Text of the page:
A Confederacy of Lunkheads
(Contains plot spoilers. And a misrepresentation, for hopefully comic effect, of the Belgian accent.)
Time for yet another edition of our regular strand, Oh God, Not Another One. And perhaps never was that title so well-deserved, as we turn our attention to Simon West's unfathomable The Expendables 2. A friend of mine knows someone who's a proper film critic, and managed to wangle a free ticket to the press screening. 'Ambivalent' is perhaps not the word to describe his response: 'The worst film ever made,' he declared. 'Must be better than the first one, surely,' I protested. 'Oh yes,' he agreed, leaving me a bit confused, but unshaken in my keenness to see it.
Anyone who is not a fairly hard-core Trekkie may be surprised to learn that plans were at one point afoot for Eddie Murphy, then at the height of his popularity, to play a major role in Star Trek IV (he was pencilled in to play the character who ended up as Captain Kirk's love interest – there's an image that'll stick with you). However, the suits at Paramount vetoed the idea – why release a Star Trek movie with Eddie Murphy in it, when they could release a Star Trek movie and an Eddie Murphy movie and thus double their potential success? I suppose the Expendables films deserve some credit for doing a similar thing, only in reverse – with Sylvester Stallone, Dolph Lundgren, Arnold Schwarzenegger, Jason Statham, Jet Li, Chuck Norris and the rest of them all appearing in one film at the same time, it makes them much easier to avoid than if they were all in separate individual projects. The only flaw in the logic of this is that many of these people don't actually have viable theatrical careers anymore, having long since moved on to the great DTDVD bin in the sky.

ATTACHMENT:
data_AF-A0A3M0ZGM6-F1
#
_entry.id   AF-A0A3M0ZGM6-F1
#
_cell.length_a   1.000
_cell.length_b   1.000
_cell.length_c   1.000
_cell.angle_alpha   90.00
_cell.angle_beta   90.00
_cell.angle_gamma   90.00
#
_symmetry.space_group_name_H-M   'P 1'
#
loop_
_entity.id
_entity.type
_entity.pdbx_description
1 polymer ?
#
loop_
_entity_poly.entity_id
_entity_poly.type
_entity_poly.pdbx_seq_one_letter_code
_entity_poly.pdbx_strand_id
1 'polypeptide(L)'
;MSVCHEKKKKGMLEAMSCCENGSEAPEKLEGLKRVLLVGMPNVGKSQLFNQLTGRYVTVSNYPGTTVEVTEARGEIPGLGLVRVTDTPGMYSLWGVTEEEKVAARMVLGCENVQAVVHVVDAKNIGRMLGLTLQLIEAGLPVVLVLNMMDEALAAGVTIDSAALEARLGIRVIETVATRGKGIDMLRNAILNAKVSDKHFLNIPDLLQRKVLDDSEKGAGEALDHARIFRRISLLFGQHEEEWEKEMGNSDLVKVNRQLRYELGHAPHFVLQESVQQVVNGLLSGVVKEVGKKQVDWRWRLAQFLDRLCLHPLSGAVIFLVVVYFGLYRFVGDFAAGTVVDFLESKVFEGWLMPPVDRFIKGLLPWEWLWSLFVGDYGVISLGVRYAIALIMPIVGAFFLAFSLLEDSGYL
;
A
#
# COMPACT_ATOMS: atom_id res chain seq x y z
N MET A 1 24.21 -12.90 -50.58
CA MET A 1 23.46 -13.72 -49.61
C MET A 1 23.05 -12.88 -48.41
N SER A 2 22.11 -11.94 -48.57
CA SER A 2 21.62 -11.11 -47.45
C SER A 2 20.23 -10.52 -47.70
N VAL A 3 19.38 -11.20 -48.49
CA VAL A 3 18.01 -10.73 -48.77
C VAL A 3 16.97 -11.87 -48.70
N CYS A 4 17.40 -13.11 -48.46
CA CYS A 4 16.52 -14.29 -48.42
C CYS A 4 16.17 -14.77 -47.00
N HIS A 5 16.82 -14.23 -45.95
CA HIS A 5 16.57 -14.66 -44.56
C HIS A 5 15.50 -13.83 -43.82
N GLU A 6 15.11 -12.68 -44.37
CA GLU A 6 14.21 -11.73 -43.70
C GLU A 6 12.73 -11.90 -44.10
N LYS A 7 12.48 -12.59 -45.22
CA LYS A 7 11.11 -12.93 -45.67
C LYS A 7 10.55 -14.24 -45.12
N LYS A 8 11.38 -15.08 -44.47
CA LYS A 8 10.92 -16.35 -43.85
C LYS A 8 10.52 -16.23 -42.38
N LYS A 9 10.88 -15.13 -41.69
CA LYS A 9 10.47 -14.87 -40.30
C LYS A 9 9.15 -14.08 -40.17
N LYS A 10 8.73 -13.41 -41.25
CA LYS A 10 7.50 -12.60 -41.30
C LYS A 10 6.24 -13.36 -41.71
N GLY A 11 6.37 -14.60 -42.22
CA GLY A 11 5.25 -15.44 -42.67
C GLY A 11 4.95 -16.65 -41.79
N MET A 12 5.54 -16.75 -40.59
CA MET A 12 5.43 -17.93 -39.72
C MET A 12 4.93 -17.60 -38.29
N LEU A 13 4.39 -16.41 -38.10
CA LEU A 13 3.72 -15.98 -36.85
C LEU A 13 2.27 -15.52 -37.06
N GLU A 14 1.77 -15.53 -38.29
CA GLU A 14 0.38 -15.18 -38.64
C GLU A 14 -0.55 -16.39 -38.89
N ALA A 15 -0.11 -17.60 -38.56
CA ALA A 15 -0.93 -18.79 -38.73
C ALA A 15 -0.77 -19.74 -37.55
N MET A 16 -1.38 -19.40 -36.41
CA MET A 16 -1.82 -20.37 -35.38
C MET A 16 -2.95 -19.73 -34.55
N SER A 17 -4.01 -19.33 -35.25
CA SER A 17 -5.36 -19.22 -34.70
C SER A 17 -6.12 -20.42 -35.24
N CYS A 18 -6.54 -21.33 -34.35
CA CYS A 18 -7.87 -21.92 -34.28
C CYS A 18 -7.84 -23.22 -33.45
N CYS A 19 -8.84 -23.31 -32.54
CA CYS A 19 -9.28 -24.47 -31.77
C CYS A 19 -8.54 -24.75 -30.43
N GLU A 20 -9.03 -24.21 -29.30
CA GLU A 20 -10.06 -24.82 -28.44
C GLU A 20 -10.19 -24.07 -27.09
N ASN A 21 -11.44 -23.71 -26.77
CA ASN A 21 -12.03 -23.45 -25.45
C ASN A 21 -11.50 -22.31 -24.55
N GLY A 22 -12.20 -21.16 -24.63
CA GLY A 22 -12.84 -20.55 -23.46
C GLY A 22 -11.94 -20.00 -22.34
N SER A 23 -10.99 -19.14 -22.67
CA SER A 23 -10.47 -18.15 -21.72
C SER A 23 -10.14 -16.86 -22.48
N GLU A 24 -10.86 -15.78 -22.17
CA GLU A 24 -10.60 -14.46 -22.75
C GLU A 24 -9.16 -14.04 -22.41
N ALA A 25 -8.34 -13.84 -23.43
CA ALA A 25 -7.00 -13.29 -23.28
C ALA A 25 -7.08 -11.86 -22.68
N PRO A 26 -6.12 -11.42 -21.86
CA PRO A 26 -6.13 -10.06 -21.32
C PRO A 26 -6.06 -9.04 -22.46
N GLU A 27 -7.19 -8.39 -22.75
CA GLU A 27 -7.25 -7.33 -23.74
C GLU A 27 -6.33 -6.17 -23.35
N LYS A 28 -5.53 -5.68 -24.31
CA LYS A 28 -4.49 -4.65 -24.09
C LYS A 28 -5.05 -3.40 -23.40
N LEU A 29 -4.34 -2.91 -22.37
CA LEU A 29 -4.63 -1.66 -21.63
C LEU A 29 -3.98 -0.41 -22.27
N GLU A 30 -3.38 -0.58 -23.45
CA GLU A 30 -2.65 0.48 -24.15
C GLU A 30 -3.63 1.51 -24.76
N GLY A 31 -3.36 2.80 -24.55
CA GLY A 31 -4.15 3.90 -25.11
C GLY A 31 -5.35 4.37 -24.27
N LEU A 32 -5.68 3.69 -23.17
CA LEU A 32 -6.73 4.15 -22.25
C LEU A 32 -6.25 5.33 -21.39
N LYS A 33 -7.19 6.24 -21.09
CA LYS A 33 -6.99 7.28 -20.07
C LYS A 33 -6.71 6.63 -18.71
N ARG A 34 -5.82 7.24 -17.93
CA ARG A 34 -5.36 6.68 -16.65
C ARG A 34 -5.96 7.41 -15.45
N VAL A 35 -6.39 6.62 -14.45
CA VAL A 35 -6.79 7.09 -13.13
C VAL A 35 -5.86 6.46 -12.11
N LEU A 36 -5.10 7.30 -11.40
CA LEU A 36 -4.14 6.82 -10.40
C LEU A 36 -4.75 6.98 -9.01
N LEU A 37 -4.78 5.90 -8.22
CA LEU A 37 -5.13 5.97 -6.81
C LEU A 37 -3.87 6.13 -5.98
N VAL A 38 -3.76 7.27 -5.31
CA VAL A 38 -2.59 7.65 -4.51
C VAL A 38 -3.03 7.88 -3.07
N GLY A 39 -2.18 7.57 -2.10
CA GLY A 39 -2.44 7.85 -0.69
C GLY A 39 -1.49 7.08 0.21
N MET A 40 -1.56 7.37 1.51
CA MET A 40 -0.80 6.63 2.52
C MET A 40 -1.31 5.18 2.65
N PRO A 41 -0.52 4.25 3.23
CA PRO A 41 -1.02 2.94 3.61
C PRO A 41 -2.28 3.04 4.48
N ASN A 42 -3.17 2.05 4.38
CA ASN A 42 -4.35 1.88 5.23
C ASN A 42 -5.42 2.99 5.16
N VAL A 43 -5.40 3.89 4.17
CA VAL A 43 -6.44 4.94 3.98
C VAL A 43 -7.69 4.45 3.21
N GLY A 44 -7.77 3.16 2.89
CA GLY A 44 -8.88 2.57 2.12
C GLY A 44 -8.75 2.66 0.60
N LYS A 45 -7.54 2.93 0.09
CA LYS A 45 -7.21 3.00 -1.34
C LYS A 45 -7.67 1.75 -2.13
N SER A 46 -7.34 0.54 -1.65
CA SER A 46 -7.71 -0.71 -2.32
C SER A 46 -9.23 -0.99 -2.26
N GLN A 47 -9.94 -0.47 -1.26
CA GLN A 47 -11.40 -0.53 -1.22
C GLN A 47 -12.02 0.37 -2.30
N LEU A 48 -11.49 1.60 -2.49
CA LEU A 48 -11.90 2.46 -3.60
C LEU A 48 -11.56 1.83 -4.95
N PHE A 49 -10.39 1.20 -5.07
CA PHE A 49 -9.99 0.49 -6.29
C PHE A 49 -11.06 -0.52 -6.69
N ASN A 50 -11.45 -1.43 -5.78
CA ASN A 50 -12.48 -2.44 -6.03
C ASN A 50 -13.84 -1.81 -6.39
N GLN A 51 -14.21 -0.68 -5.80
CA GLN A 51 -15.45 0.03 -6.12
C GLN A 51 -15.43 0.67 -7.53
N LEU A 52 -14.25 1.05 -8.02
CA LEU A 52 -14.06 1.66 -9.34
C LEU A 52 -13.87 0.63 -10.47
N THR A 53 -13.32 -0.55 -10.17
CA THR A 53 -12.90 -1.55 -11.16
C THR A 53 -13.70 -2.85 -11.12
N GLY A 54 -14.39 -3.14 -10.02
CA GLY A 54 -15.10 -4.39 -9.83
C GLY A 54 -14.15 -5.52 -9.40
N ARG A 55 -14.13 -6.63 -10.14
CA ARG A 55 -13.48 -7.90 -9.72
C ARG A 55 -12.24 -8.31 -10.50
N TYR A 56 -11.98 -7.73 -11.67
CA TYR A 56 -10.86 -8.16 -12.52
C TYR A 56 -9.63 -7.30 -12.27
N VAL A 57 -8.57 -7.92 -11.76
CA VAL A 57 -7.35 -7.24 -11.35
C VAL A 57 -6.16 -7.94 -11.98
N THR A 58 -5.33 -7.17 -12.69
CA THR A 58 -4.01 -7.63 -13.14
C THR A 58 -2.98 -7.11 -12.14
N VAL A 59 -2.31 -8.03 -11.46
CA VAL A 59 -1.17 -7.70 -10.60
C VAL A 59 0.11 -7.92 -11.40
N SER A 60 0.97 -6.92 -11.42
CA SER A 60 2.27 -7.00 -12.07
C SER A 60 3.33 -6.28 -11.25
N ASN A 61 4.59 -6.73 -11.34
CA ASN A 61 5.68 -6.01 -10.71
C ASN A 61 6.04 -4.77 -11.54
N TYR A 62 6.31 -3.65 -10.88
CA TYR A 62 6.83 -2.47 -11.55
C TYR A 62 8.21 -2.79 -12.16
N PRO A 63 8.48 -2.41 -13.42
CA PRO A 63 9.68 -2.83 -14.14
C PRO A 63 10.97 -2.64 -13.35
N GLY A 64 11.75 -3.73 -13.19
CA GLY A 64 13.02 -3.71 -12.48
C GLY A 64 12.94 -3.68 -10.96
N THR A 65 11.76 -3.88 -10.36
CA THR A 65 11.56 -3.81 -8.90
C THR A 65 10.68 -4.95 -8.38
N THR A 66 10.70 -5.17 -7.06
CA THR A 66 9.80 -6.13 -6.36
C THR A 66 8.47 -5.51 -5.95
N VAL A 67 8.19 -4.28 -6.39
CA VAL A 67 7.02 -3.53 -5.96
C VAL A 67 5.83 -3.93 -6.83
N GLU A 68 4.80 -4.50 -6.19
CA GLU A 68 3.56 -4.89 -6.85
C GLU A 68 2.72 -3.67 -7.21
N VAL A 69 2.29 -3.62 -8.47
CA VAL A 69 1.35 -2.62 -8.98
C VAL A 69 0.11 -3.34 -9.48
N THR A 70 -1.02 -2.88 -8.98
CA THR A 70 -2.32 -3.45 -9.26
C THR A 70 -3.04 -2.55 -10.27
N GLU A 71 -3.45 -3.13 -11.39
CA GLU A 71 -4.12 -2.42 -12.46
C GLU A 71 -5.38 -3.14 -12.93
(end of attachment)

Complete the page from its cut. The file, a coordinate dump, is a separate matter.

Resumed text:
Hey ho. After some jolly opening slaughter, which at least includes Jet Li fighting half a dozen people in a kitchen (pretty much his only contribution to the film), our mercenary heroes head home. The slaughter itself is well-staged, even if it includes the first of many groansome in-jokes, and went on so long I began to wonder if the film was going to have any kind of plot or character development at all. It does, and we are presented with the sight of half-a-dozen extremely burly men crammed into the same frame trying to exchange wisecracks in the basso-profundo growl which is the vocal register of nearly everyone in the movie. (Ooh, tell a lie: Charisma Carpenter's in this bit, too, but she only has about three lines.) This bit is mainly to introduce us to Billy, the youngest and freshest-faced of the Expendables. He is played by Liam Hemsworth (yes, one of the Thor triplets). It is made quite clear that everyone else loves Billy (in a very platonic way, of course), and lead Expendable Barney (Stallone) applauds his decision to quit the soldier-of-fortune line to spend more time with his lovely girlfriend. But even for mercenaries, contractual obligations apply and Billy is happy to work out his notice period.
Yes, the film stresses, the youngest and most popular guy on the team, who wasn't even in the first one, is going to leave to be with his sweetheart – all he has to do is survive to the end of the month. The film-makers don't actually superimpose a bullseye on Hemsworth's chest at this point, or have him followed around by someone dressed in a robe and carrying a scythe, but the effect is very much the same. Anyway, at this point Bruce Willis pops up as employer/irritant Church and gives the guys a mission – to retrieve an important McGuffin that's been lost in a plane crash in Albania. 'It will be a piece of cake,' he assures Stallone, which is of course Action Movie-ese for 'difficult, time-consuming and protractedly violent'.